# How do I prove that $3x^3 +2x + 1$ is $\omega(x \cdot \log x)$

I am trying to answer this question: $$3x^3 +2x + 1$$ is $$\omega(x \cdot \log x)$$

My question is how to solve this question.

Here is what I have tried so far:

I applied the definition $$3x^3 + 2x + 1 > c \cdot x\log x$$ for all c, given $$n \geq k$$, for some k

I tried to apply the technique of applying the equality that: $$n < n^3$$

Since n is less than the highest order term we can just move all terms to order n ??

Giving $$6x < c \cdot x \log x$$

Then you can choose: $$k < 2^\frac{6}{c}$$

• You seem to be confusing $\omega$ and $o$. May 21 '20 at 16:56
• Thanks Yuval, I made the changes May 21 '20 at 19:13

What I recommend first is to notice that if you're looking at the complexity of the function $$3x^2+2x+1$$, really all you should care about is the function $$x^2$$. because if you will prove that $$x^2 = \omega(xlogx)$$ then adding the $$2x + 1$$ won't ruin that proof since $$x^2$$ is polynomially bigger than $$2x + 1$$ and so we can just look at the $$x^2$$.

(I will use $$n$$ instead of $$x$$ because that is what I'm familiar with but it's exactly the same for $$x$$)

So now what we want to prove is that $$n^2 = \omega(nlogn)$$

which as you offered only you need to flip your sides in the equation, we will need to find a positive $$C$$, so that for any $$n>n_0$$ or $$n>k$$ : $$f(n)\ge C\cdot g(n)$$ when $$f(n) = n^2$$ , $$g(n) = nlogn$$

That will get us to: $$n^2 \ge Cnlogn$$

We can divide both side by $$n$$: $$n \ge Clogn$$

Now that's a bit of a tricky one. but "it is known" that polynomial running time is SLOWER than logarithmic one.

Basically what that means is that you'd prefer to reach a logarithmic complexity running time if possible because than you'll get faster execution.

Generally this is the order of running times when the first is the fastest:

$$1.Constant$$ $$2.Logarithmic$$ $$3.Linear$$ $$4.Linearithmic$$ $$5.Polynomial$$ $$6.Exponential$$

Another way to see it is if you'll find the limit of the division of the two functions, let's say we'll choose: $${f(n) \over g(n)}$$

If $$\lim_{n\to \infty} {f(n) \over g(n)} \rightarrow \infty$$ It means that $$f(n)$$ is "much bigger" than $$g(n)$$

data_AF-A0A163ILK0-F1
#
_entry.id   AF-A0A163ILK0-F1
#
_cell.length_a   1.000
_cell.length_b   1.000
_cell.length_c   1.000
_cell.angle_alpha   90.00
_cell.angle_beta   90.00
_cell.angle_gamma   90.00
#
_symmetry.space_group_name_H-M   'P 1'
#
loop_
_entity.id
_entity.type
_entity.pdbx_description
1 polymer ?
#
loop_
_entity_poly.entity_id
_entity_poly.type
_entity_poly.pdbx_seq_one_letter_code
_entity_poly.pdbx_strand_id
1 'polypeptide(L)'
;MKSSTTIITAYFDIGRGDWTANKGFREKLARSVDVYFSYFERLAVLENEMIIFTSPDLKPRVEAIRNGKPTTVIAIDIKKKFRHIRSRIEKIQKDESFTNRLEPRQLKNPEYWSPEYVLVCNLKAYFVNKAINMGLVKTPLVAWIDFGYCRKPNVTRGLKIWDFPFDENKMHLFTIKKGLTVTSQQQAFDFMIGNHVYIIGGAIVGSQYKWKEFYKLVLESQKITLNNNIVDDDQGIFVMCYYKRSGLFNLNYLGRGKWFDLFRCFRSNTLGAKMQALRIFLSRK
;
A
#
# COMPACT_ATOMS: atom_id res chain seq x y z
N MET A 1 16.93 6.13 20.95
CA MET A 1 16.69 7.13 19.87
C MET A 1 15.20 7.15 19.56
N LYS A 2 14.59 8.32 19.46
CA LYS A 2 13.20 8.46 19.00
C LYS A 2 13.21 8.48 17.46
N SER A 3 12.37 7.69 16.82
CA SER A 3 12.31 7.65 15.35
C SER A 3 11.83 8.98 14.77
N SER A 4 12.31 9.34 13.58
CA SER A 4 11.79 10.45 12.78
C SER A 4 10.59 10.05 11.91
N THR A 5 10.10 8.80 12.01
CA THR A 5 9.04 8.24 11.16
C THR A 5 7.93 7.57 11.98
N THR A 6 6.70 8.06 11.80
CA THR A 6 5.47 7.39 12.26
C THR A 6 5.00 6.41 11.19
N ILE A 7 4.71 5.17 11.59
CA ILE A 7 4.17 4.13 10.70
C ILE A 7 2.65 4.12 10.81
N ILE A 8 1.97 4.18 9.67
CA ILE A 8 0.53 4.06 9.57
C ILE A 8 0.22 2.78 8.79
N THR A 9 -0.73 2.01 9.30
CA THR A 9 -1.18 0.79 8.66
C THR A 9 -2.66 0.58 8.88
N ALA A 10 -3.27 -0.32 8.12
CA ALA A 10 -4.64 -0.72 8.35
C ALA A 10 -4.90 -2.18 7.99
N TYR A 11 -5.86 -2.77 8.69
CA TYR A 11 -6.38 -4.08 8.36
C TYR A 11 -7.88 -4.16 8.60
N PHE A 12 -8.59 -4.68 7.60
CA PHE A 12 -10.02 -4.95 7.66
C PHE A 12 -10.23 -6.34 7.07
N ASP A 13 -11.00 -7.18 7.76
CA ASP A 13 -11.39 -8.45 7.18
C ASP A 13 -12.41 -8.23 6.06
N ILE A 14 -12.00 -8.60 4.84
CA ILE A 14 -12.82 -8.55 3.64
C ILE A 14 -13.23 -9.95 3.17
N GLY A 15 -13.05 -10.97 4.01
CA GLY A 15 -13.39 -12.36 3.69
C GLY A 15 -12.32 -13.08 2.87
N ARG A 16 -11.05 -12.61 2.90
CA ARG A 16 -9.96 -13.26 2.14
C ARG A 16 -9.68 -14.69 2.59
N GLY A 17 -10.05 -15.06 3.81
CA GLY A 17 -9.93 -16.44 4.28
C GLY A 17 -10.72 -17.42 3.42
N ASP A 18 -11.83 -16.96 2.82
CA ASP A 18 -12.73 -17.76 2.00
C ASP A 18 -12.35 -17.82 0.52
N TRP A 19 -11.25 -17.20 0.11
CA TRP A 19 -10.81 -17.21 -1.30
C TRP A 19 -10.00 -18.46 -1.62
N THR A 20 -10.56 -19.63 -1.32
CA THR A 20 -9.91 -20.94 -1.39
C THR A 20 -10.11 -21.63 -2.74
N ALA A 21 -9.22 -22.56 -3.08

If $$\lim_{n\to \infty} {f(n) \over g(n)} \rightarrow 0$$ It means that $$f(n)$$ is "much smaller" than $$g(n)$$

The last option (Atleast in this method) is: $$\lim_{n\to \infty} {f(n) \over g(n)} \rightarrow C$$ When $$C \gt 0$$ which means both of the functions have Asymptotically the same complexity.

Back to our functions, we can see that : $$\lim_{n\to \infty} {n \over log(n)}$$

We will use lupital rule and get: $$\lim_{n\to \infty} {1 \over 1/n} \rightarrow \infty$$

We now can see that $$f(n) = n$$ is bigger Asymptotically from $$g(n) = log(n)$$ hence : $$n = \omega (log(n))$$

I really hope I explained as clear and easy as possible, it's just English isn't my mother tongue language so I apolegize in advance for any mistakes with grammer etc.

Update : I've noticed you've made changes to the original function and now it is $$3x^3+2x+1$$, yet the proof will be the same, just use $$n^3$$ and than you'll still get the same result when using lupital. That because, inevitably, if we just proved that $$n^2$$ is much bigger than $$log(n)$$ than of course that $$n^3$$ which is much bigger than $$n^2$$ would also be bigger than $$log(n).$$

• This answered my question because he explained the three different classifications from the limit function unlike the answer below. I prefer the second method because it seems to follow a more formal approach. Thanks. May 22 '20 at 19:51

The easiest way is to check that $$\lim_{x \to \infty} \frac{3x^3 + 2x +1}{ x \log x} = +\infty$$, which is a sufficient condition for $$3x^3 + 2x +1 \in \omega(x \log x)$$.

$$\lim_{x \to \infty} \frac{3x^3 + 2x +1}{ x \log x} = \lim_{x \to \infty} \frac{3x^3}{ x \log x} = \lim_{x \to \infty} \frac{3x^2}{ \log x} = \lim_{x \to \infty} 6x^2 = +\infty.$$

• I don't understand how that is a sufficient condition ? So we don't have to find witness pairs? May 21 '20 at 19:14
• Assume that $f(x)$ and $g(x)$ are two functions that are eventually positive. By definition of limit, $\lim_{x \to \infty} \frac{f(x)}{g(x)}$ is $+\infty$ if $\forall c\, \exists n_0 \, \forall n> n_0, \, \frac{f(x)}{g(x)} \ge c$. This implies that $\forall c>0 \, \exists n_0 \, \forall n> n_0, \, f(x) \ge c g(x)$, i.e., that $f(x) = \omega(g(x))$. In this way you have shown that, for all $c>0$, there must be some value of $n_0$ (that depends on $c$) that satisfies the definition of $\omega(\cdot)$ without bothering to explicitly compute such $n_0$. May 21 '20 at 19:23